Grey Monk co-founder George Heiss, a truly legendary figure in British Columbia wine, died on June 29, 2021. His accomplishments are all the more impressive, given that his first career was in hair styling.
George was born in 1939 in Vienna and grew up in a family of hair dressers. His father, also George, was a three-time world champion hair stylist. When he was sixteen, the young George apprenticed in his parent's salon. George worked his way around Europe and then abroad, ending up in Edmonton in 1960 where he met another young hairdresser, Trudy Peter. They married in 1962 and successfully operated two hair salons in Edmonton until, in a career change in 1972, they bought an orchard overlooking the lake at Okanagan Centre and set about developing a vineyard and winery there. For cash flow until the vineyard was established, George continued to do hair styling in Kelowna until 1979.
George once told me in a 2003 interview that he did not regret the career change. “But I also don’t regret being in the other one, either. I tell you why: I have worked all my life with people, and very closely with people, because hairdressing is one on one, and maybe with the more difficult set of the human race, the females. In Edmonton, I used to do up to 35 customers a day. Both Trudy (his wife) and I have the advantage that we know how to deal with people, talk to people. It's very natural. Having been in the service industry all the time, it becomes very easy for us to be service oriented.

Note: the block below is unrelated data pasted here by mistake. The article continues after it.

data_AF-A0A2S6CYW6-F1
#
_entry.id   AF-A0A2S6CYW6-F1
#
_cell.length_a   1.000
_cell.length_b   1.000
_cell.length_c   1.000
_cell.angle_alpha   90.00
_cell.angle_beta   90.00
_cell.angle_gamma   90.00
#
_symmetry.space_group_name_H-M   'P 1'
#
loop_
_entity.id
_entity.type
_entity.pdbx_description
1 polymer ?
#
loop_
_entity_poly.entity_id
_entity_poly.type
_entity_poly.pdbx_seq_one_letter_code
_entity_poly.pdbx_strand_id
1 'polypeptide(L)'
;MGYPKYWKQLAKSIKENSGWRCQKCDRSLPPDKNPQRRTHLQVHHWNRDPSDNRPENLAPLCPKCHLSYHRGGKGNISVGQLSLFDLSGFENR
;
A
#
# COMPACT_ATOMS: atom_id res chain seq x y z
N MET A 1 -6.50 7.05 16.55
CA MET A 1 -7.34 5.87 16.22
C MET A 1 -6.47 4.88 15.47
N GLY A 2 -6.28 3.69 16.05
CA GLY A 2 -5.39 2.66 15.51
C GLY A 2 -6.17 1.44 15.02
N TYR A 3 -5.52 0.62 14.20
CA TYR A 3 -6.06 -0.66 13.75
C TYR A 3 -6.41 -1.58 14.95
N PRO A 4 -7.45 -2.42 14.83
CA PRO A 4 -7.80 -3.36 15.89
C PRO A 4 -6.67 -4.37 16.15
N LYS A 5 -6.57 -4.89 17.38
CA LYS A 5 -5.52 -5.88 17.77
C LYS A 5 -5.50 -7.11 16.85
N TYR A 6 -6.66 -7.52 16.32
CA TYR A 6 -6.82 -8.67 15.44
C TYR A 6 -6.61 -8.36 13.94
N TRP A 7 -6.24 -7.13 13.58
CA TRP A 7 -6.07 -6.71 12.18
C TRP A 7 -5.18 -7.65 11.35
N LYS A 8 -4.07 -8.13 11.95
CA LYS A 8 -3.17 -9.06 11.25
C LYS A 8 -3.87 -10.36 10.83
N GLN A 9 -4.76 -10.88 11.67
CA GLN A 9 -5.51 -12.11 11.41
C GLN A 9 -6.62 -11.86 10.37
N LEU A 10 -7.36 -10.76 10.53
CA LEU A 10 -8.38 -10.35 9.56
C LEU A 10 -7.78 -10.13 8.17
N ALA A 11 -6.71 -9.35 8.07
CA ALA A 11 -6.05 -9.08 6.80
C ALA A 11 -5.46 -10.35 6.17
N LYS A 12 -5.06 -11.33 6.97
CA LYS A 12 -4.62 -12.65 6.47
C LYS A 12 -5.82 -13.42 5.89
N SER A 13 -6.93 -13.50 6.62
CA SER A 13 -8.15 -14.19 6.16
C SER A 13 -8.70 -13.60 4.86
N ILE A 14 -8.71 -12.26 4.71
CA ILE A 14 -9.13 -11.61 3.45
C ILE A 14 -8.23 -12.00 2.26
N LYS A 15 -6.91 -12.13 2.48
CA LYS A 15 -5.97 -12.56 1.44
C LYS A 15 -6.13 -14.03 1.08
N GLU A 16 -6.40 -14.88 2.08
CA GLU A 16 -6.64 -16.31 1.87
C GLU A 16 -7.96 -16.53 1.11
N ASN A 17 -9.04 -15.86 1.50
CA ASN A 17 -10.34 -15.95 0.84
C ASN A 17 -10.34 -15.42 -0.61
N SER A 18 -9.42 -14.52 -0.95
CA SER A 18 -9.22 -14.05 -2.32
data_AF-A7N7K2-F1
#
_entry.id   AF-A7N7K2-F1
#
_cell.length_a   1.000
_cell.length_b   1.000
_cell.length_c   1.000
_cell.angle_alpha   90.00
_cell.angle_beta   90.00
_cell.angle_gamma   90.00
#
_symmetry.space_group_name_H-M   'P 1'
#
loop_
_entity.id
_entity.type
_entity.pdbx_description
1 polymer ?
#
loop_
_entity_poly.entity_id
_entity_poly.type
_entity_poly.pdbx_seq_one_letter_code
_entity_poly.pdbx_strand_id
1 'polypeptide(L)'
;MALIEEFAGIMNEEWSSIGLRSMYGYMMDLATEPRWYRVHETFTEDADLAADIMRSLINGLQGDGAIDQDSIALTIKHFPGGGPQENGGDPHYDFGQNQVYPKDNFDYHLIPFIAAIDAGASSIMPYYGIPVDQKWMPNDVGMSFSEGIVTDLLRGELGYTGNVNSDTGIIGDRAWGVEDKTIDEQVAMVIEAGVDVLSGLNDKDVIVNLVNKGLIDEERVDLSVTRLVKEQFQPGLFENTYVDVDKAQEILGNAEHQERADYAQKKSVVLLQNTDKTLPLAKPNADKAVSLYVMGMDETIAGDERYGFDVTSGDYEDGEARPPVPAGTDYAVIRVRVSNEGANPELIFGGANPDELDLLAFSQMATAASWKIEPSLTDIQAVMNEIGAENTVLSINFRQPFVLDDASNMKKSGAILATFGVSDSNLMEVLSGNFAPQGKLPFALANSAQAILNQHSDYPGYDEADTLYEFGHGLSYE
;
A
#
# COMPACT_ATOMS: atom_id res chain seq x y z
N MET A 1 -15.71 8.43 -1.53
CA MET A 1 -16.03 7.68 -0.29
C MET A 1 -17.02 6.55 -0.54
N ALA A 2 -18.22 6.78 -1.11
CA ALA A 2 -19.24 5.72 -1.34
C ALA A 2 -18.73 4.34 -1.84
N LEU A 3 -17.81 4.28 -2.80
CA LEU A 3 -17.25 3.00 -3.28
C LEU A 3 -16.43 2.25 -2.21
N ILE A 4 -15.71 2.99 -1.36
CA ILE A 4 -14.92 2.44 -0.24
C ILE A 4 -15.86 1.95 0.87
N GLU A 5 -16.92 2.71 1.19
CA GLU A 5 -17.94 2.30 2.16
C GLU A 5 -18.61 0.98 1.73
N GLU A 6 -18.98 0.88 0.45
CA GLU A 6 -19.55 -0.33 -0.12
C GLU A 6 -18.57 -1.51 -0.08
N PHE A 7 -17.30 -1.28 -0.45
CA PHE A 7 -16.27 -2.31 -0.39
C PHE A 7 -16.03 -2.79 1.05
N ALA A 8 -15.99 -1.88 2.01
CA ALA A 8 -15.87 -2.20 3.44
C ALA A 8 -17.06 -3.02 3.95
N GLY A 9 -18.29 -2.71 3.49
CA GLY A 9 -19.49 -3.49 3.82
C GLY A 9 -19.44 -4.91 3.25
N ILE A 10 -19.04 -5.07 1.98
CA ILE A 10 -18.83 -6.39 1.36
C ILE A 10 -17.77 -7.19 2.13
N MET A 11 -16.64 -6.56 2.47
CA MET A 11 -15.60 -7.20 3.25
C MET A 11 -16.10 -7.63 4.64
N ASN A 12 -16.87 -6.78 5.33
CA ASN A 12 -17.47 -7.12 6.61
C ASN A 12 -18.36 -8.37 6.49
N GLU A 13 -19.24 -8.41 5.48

The move to grape growing was inspired by Trudy's father, Hugo. She was born Waltraud Peter in Rostock, a German community on the Baltic where her father was a machinist and millwright. Her parents fled what was then East Germany, coming to Canada in 1952 and settling in Edmonton. Her parents bought a pear orchard near Okanagan Centre in 1968. Hugo Peter converted it to a vineyard, teaching himself viticulture from professional publications obtained from Germany. His enthusiastic letters about the Okanagan persuaded Trudy and George Heiss to move there.
Being novices, the couple initially planted what everyone else was growing - French hybrids such as Maréchal Foch and Rosette (Seibel 1000). They delayed applying for a winery licence after tasting wines from hybrids and studied Hugo Peter's German wine-growing publications. George famously said that "Maréchal Foch was not exported from France , it was deported."
George did not like the wines being made with the hybrid grapes. "We always had quite good wine at home when I grew up"; he told me. "I grew up with wine because it was always on the table. It was either wine or beer; it depended on what my mother cooked."
In 1975, when Hugo Peter travelled to Europe, he was able to source vinifera vines from the Alsace research station in Colmar.
This was the turning point for the Heisses and for the Okanagan. In the spring of 1976, George planted 2,000 Pinot Auxerrois vines, 10 Gewürztraminer vines, and 50 Pinot Gris vines, all firsts for the Okanagan. There was also enough Pinot Gris budwood to produce about 4,000 vines for planting in 1977. This initial planting of Pinot Gris laid the foundation for the success of what now is the most widely grown white variety in British Columbia.